Tablets are a tricky business. For a while there, it looked like tablets might well overwhelm the consumer laptop market with their excellent portability, wireless accessory prowess, and generally better-than-a-laptop battery life. Everyone was also pretty hip on the novelty of the touchscreen in the early tablet days, too, and laptops had yet to really catch up on that front.
But the tablet market has now begun to stagnate, and competition has become more heated than ever before. Ultraportable convertible devices like the Microsoft Surface Pro 4 and other similar form factor experiments are attempting to prove that a tablet can be a real laptop, or vice-versa.
Even the long-dominant iPad is struggling to stay relevant in a market where the lines between laptop and tablet are increasingly blurred, and Google's own attempt at an in-between sort of device, the Pixel C, hasn't met with a particularly good critical reception.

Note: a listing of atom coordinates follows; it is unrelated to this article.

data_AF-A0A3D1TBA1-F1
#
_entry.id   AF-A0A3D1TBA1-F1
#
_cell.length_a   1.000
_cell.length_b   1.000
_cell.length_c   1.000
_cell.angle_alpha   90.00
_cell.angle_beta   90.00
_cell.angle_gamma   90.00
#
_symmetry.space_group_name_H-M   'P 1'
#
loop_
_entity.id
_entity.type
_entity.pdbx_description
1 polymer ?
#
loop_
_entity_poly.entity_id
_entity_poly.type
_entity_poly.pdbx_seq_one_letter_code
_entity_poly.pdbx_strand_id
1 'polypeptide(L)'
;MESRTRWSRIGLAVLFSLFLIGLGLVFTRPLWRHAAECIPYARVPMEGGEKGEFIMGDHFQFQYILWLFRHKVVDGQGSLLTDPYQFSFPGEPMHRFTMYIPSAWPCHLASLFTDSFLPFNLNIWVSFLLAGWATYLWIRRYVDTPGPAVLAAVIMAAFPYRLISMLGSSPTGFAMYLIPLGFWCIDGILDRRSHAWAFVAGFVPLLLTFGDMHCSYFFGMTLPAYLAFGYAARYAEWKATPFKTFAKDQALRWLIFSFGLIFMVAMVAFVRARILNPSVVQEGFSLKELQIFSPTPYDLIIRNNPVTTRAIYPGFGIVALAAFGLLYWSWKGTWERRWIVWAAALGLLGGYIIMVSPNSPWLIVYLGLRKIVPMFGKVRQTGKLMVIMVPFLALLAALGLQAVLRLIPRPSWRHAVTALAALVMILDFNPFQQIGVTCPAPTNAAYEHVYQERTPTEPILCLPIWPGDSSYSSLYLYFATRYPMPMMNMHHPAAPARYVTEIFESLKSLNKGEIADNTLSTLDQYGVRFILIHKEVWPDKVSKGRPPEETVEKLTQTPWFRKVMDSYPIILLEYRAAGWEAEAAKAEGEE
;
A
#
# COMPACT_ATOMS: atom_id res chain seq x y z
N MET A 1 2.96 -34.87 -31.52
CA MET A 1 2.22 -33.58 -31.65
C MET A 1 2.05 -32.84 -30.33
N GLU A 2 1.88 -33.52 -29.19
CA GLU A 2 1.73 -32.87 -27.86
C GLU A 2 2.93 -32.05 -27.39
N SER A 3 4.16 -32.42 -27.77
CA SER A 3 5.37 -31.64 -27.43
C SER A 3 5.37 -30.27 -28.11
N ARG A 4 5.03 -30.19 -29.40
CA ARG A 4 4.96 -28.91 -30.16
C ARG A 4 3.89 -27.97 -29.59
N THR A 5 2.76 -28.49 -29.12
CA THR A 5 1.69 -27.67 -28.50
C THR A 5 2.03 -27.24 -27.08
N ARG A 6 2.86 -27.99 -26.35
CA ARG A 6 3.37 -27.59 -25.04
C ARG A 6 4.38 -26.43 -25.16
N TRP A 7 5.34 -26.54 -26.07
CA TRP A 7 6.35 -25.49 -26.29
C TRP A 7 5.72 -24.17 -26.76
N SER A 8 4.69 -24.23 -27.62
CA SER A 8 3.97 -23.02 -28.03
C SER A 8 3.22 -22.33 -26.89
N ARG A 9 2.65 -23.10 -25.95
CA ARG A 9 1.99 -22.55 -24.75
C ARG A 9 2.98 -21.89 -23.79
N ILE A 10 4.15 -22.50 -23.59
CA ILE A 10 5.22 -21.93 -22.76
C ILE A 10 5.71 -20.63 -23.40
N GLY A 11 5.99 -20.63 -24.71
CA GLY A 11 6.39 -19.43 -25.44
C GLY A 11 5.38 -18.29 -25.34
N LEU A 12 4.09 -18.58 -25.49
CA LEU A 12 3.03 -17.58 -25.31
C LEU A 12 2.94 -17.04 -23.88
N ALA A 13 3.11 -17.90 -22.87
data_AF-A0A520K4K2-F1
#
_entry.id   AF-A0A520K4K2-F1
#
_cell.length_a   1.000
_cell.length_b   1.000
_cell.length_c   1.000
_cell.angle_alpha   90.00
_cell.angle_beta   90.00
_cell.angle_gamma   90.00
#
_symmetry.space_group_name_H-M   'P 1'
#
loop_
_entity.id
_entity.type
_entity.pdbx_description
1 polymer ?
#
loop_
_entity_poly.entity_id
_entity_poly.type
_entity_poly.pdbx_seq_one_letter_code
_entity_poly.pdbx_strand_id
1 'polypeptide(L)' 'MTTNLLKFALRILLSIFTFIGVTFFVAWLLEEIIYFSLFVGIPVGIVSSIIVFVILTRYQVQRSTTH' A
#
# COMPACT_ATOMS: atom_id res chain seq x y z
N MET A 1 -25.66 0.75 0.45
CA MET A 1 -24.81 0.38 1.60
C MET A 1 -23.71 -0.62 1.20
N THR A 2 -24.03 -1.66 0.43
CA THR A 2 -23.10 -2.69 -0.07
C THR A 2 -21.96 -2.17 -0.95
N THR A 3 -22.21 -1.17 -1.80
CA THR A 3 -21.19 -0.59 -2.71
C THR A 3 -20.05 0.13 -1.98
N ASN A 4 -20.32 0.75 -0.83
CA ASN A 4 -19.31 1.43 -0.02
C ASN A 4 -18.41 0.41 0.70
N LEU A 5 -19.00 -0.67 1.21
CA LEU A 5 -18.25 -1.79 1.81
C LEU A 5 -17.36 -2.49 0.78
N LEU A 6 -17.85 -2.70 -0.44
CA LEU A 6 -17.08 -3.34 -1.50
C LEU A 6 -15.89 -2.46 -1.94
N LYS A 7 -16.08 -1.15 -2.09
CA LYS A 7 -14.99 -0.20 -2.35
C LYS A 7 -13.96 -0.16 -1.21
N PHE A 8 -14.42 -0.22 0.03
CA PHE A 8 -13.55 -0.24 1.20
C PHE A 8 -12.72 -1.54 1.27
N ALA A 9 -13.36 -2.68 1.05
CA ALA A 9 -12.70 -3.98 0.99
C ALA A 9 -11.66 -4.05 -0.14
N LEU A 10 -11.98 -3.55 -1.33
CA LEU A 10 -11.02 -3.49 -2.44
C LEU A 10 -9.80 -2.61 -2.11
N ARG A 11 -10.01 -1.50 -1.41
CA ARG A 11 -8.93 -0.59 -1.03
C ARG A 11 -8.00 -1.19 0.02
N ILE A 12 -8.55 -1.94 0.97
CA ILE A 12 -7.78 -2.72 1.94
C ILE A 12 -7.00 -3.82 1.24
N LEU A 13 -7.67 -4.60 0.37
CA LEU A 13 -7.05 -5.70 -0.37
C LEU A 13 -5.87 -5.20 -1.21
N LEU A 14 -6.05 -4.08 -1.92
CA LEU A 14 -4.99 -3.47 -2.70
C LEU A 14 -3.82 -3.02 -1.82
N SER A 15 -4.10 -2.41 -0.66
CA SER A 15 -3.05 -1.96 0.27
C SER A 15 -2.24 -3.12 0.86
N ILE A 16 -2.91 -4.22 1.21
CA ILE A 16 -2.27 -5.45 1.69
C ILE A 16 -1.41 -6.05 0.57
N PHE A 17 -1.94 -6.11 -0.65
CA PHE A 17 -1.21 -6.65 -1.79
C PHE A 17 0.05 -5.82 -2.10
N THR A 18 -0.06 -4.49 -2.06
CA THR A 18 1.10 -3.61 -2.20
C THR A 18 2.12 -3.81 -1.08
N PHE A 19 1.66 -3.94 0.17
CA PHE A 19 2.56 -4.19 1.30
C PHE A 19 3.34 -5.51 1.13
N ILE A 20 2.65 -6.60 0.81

This leads me to this week's question: what is the more critical weakness for Android tablets? Is it content or is it the operating system? On the one hand, you've had people arguing for years that the iPad's curated ecosystem of tablet-specific content has been a major leg up on competing Android devices, though that's substantially less true than it was even a couple of years ago. Is content still king on tablets, or are people demanding more functionality out of them? That leads us to the second option. Android on a tablet is still basically just Android on a phone with a few small tweaks. No multi-window, no picture in picture video, a truly lackluster experience when using a mouse instead of the touchscreen, an interface that makes less than great use of screen real estate - all valid points about the current state of Android tablets.
So, is it the content, or is it the concept? What should be the core focus of improving Android tablets? Or, do you think neither is a particularly big problem for Android tablets? Justify your vote in the comments section, below!